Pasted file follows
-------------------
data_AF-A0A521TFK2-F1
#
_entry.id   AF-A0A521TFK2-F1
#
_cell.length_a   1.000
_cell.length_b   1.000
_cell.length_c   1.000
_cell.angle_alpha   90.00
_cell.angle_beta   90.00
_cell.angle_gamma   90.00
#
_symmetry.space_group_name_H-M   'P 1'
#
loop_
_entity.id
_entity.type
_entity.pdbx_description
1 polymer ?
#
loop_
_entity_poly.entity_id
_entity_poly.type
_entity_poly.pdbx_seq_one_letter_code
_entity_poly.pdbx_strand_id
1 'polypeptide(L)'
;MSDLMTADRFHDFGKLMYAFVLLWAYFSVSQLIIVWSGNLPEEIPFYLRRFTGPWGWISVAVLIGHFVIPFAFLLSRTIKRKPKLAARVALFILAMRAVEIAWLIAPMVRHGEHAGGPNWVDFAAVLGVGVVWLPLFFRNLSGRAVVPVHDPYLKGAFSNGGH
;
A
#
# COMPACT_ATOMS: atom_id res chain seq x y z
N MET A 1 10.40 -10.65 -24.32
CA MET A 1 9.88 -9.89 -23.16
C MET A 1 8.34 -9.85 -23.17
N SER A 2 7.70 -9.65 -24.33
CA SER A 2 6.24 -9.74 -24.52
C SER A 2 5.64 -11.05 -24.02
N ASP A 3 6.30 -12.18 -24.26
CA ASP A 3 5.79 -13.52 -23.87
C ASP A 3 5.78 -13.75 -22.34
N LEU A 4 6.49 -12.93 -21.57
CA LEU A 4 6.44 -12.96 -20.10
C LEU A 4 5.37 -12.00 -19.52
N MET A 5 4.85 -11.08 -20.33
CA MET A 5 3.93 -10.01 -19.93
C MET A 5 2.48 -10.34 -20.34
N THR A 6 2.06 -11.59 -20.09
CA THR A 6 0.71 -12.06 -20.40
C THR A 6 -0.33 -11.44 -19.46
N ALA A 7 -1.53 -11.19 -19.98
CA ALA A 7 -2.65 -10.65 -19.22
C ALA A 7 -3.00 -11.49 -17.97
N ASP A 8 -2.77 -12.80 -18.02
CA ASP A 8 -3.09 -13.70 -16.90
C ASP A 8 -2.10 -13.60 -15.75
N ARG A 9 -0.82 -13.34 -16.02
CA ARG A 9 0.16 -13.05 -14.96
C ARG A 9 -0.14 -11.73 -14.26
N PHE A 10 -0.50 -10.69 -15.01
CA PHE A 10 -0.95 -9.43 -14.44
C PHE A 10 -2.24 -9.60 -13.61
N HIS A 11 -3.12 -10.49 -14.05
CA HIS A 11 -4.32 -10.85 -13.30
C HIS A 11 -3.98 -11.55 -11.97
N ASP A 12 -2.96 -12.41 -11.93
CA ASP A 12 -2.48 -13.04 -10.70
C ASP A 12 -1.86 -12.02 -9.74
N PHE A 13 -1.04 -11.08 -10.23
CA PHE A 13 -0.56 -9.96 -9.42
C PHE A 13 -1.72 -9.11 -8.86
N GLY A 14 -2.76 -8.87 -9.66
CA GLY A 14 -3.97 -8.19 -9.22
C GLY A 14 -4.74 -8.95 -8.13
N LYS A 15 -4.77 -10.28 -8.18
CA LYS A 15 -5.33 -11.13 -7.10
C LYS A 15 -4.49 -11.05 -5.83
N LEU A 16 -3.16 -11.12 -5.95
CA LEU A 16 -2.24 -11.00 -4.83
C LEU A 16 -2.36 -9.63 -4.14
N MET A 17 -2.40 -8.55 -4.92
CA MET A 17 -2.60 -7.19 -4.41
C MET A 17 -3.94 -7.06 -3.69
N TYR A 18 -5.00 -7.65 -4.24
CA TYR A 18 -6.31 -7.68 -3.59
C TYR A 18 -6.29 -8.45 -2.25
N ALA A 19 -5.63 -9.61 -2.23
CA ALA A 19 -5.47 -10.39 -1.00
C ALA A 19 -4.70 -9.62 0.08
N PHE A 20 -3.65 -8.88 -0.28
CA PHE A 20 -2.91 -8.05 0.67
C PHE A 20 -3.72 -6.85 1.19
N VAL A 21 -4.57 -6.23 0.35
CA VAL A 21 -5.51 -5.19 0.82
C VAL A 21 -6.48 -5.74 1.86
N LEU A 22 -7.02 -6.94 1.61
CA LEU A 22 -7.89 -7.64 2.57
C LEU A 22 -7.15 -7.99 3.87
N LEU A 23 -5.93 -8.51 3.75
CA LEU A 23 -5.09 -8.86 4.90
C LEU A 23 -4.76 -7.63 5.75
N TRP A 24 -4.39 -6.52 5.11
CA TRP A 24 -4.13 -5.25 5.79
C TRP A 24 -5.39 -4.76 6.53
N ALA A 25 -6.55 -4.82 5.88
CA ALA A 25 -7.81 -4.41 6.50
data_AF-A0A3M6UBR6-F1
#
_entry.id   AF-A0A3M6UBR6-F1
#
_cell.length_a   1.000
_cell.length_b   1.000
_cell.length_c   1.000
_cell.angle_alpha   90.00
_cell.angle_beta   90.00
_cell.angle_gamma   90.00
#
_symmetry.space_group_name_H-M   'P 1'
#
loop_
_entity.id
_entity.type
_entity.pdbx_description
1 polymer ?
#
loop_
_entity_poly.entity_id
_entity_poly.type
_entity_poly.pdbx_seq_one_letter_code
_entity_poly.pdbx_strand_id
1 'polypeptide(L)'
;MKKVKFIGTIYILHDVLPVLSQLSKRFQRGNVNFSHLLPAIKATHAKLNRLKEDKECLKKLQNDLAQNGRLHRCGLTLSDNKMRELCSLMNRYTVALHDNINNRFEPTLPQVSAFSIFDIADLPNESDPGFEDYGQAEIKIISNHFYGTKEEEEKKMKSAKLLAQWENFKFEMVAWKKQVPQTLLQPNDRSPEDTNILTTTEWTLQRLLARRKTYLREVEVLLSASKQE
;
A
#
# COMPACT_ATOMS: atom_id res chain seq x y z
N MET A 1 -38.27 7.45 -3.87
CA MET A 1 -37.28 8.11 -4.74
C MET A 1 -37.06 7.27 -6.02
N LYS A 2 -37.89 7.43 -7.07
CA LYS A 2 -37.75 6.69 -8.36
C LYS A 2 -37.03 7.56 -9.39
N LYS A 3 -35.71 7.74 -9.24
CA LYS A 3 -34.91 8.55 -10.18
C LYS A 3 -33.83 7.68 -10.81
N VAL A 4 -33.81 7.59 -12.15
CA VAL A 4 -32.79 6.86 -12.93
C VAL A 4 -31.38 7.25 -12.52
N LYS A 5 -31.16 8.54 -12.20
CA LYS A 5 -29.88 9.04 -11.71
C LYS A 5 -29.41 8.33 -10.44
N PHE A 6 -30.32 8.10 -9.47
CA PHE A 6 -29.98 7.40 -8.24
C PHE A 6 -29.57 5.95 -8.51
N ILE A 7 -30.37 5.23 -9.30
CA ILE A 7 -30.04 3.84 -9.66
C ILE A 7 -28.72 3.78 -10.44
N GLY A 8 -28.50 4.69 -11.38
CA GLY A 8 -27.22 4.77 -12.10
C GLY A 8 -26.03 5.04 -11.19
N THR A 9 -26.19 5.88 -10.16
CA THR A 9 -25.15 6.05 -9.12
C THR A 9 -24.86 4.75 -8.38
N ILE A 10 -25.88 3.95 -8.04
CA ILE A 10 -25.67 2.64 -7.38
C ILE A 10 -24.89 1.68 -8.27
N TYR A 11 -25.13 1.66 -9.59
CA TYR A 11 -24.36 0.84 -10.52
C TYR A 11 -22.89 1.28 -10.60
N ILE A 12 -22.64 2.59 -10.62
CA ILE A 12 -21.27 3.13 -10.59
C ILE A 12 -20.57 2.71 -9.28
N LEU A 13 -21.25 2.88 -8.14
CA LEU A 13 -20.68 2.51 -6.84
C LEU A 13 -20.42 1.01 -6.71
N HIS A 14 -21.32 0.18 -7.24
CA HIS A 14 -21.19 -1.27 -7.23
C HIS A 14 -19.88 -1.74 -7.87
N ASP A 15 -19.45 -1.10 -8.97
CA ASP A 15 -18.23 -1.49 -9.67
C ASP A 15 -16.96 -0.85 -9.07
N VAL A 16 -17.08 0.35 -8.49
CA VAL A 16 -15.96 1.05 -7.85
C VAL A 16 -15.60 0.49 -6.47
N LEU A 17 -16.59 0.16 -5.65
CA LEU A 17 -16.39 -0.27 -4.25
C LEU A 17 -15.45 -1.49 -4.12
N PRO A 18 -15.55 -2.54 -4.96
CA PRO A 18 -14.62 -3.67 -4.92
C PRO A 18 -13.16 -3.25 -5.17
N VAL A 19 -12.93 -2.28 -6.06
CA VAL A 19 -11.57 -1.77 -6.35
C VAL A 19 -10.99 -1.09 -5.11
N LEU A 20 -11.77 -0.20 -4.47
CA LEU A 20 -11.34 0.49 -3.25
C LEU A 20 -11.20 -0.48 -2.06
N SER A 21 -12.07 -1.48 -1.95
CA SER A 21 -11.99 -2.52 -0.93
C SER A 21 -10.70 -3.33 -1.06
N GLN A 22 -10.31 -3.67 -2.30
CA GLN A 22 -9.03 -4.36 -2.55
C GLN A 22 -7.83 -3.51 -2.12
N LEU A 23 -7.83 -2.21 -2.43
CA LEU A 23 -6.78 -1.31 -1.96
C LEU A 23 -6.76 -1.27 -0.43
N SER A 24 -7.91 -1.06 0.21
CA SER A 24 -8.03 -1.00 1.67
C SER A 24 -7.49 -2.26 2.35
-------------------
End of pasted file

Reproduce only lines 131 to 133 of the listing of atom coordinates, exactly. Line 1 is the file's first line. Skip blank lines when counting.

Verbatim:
;
A
#